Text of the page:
Author: Patrick Weadon
Weadon, Patrick (2002). Origins of the Navajo Codetalkers: Cryptologic Brilliance, Linguistic Expertise, Dedication to Duty. Fort George G. Meade, MD: Center for Cryptologic History, National Security Agency
LCCN: Not available
Date Updated: August 24, 2015
This brochure is produced by the Center for Cryptologic History at NSA and is available for download from their site. It is relatively short so the text, minus graphics, is included here.
Years after the Pacific War, the world would learn of the courage and bravery of a dedicated group of Navajo Indians who provided a priceless advantage to their country at a crucial time. They would come to be known as the “Code Talkers.” This is the story of how they came to be and the vital role they played in helping thousands of Marines to return home at war’s end.
As long as he could remember, Philip Johnston had loved the Navajo culture and language. By age five, he had learned the tribal language well enough to serve as a translator for his missionary parents. By age nine, when most boys his age were riding bikes and trading baseball cards, he had served as an interpreter for a Navajo delegation sent to Washington, DC, to lobby for Indian rights. He had no way of knowing it at the time, but his affinity for, and mastery of, the Navajo tongue would one day help to save the lives of countless United States Marines.
In time, Johnston would leave the American Southwest and the people he loved to serve in World War I. After the war, he would earn his civil engineering degree at the University of Southern California. December 7, 1941, found him hard at work as an engineer for the city of Los Angeles. At the time, Johnston was in his 50s and well beyond the grasp of his local draft board; however, his experiences on the battlefields of Europe in an earlier time motivated him to try to put into action a plan that he was sure could help the war effort.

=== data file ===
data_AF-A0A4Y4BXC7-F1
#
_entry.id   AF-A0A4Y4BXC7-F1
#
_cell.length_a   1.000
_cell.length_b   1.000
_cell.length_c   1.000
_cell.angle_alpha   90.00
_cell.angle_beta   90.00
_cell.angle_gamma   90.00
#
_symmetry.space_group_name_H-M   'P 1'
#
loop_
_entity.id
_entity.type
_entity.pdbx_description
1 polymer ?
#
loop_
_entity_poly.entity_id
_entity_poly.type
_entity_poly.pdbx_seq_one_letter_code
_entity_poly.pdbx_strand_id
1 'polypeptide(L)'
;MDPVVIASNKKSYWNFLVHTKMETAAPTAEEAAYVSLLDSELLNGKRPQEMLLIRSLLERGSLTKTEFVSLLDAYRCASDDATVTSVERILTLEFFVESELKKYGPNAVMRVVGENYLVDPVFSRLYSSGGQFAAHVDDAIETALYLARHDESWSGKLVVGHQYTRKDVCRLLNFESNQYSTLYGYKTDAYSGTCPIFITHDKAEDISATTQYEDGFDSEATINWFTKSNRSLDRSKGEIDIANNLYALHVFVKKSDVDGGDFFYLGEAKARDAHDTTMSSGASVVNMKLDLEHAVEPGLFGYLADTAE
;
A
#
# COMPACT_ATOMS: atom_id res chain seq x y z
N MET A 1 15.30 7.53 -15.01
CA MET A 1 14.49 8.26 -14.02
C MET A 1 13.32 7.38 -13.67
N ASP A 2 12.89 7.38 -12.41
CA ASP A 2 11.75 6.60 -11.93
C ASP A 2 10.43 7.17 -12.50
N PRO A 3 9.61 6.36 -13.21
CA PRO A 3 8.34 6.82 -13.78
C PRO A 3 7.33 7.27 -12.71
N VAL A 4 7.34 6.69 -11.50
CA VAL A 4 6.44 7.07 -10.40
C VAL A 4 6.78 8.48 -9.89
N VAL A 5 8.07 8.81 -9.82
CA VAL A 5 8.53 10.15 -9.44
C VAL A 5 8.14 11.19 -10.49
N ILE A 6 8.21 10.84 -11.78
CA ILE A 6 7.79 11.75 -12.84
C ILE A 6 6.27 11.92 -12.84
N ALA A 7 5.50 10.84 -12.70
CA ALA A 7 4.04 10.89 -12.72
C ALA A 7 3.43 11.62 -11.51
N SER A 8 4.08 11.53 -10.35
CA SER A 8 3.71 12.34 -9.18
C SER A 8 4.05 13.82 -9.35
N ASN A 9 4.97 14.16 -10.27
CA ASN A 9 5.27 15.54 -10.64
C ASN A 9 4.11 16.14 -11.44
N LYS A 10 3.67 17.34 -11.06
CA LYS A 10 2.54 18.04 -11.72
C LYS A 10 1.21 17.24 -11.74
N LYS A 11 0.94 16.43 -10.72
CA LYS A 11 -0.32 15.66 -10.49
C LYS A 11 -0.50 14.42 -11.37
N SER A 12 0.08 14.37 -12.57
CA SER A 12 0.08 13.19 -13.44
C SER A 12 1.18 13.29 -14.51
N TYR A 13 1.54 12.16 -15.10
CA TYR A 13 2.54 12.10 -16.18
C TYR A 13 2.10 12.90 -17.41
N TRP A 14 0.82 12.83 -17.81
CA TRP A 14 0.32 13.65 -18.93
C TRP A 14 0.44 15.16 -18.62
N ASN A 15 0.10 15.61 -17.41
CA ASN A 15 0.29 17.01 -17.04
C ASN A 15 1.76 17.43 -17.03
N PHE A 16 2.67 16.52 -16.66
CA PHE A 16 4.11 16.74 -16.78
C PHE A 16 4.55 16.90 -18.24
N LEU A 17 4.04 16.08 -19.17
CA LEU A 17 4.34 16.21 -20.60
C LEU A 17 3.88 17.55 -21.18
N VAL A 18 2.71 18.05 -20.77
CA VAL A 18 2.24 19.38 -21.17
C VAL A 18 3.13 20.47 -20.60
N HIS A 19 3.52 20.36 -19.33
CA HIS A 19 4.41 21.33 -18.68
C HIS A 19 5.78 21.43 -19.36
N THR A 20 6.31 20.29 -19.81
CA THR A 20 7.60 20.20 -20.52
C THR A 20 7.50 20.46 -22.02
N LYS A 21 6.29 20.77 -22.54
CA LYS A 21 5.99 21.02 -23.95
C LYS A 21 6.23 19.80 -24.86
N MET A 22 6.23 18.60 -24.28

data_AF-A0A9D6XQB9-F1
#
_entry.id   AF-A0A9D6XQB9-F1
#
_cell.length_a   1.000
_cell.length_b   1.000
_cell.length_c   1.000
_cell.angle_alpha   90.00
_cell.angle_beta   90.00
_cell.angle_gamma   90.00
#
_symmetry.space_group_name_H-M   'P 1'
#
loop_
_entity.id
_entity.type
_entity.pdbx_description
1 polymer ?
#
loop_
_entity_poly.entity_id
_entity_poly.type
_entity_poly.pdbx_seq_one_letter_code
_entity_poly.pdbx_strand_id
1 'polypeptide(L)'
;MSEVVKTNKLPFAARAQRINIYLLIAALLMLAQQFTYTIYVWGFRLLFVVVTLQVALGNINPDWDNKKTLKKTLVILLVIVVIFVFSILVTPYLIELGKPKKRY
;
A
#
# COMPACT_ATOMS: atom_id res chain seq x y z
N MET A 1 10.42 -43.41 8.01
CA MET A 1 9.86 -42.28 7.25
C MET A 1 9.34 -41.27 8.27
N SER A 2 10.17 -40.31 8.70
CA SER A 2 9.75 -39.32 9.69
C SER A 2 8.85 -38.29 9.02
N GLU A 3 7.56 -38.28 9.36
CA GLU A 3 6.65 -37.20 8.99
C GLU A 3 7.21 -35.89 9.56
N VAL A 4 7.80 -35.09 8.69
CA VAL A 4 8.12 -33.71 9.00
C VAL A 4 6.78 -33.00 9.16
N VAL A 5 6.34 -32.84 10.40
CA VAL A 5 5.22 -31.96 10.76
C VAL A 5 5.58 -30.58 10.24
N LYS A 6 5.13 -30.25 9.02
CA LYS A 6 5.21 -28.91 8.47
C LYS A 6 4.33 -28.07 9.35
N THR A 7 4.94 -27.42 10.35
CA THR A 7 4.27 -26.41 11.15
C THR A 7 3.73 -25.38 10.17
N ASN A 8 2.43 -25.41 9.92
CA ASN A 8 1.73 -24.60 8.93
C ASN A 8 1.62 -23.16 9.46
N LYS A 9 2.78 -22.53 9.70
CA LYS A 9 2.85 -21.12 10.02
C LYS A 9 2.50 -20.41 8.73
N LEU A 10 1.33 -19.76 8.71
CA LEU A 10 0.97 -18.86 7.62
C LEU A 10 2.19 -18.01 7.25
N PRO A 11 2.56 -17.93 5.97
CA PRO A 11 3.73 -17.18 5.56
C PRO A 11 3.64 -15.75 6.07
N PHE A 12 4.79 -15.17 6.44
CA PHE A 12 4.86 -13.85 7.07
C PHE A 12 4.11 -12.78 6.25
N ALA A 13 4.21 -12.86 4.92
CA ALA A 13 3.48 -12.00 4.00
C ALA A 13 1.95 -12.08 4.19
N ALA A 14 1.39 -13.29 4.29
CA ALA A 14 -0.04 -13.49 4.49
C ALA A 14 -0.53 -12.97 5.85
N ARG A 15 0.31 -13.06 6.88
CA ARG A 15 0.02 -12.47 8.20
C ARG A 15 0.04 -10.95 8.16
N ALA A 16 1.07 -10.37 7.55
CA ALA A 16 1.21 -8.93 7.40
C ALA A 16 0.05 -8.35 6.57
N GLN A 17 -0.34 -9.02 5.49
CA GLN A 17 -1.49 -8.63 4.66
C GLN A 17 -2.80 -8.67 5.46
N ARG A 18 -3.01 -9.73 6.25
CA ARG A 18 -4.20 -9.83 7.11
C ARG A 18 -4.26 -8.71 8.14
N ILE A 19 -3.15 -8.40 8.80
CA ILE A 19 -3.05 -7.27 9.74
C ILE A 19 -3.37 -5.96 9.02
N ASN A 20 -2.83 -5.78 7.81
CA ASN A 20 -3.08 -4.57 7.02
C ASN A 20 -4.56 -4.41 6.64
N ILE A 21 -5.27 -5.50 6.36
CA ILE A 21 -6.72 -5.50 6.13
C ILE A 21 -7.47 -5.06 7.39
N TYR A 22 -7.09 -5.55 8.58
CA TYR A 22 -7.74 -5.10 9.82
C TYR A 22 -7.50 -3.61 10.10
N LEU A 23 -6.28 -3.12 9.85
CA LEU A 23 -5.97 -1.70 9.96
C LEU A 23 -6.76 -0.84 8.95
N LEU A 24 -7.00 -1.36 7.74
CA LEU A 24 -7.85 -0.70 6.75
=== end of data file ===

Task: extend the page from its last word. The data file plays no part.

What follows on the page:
Johnston’s hope was to help the Marine Corps protect their communications so well that every Marine who wore tile uniform would be provided a huge advantage in combat. His idea revolved around a code. But, unlike many coding systems, this code was not dependent on a complicated machine or a series of numbers or ciphers. Rather, the heart of his proposal rested on the language of the Navajo Indians. He was convinced that, used properly, the Navajo dialect would provide unprecedented security to those who would need it most. All he needed was a chance to prove it.
Johnston’s initial efforts to convince the Marines of the worth of his project were less than successful. The Corps had serious doubts. American Indians, particularly the Choctaw, had been used as Code Talkers in WWI with positive results. However, it was no secret that after 1918, any number of German nationals had visited the United States with the expressed purpose of learning the languages of American Indian tribes. Most assumed that the Third Reich would share its knowledge of these American Indian languages with its Axis partners. For this reason, many viewed the notion of using these languages to protect military communications as an idea whose time had long passed. But Johnston persisted in his efforts. He believed, with good reason, that the Navajo language was unique. The tribe came from a remote region, and only a handful of non-Navajos had any knowledge of the language.
Despite the prevailing wisdom of the time, the Marine Corps finally agreed to host a test of Johnston’s proposed system at Camp Elliott near San Diego, California. At the conclusion of the trial run, everyone agreed that the results had been impressive. The Navajos involved in the demonstration had clearly shown that they could take messages from a variety of sources in English, translate and transmit them in Navajo, and then send them back in English. Due to the success of the trial run, those who had witnessed the testing initially lobbied for the recruitment and training of over 200 “Code Talkers.” In the end, a total of only 30 men would be approved for the first group; however by VJ Day, over 400 Navajos would work in the program.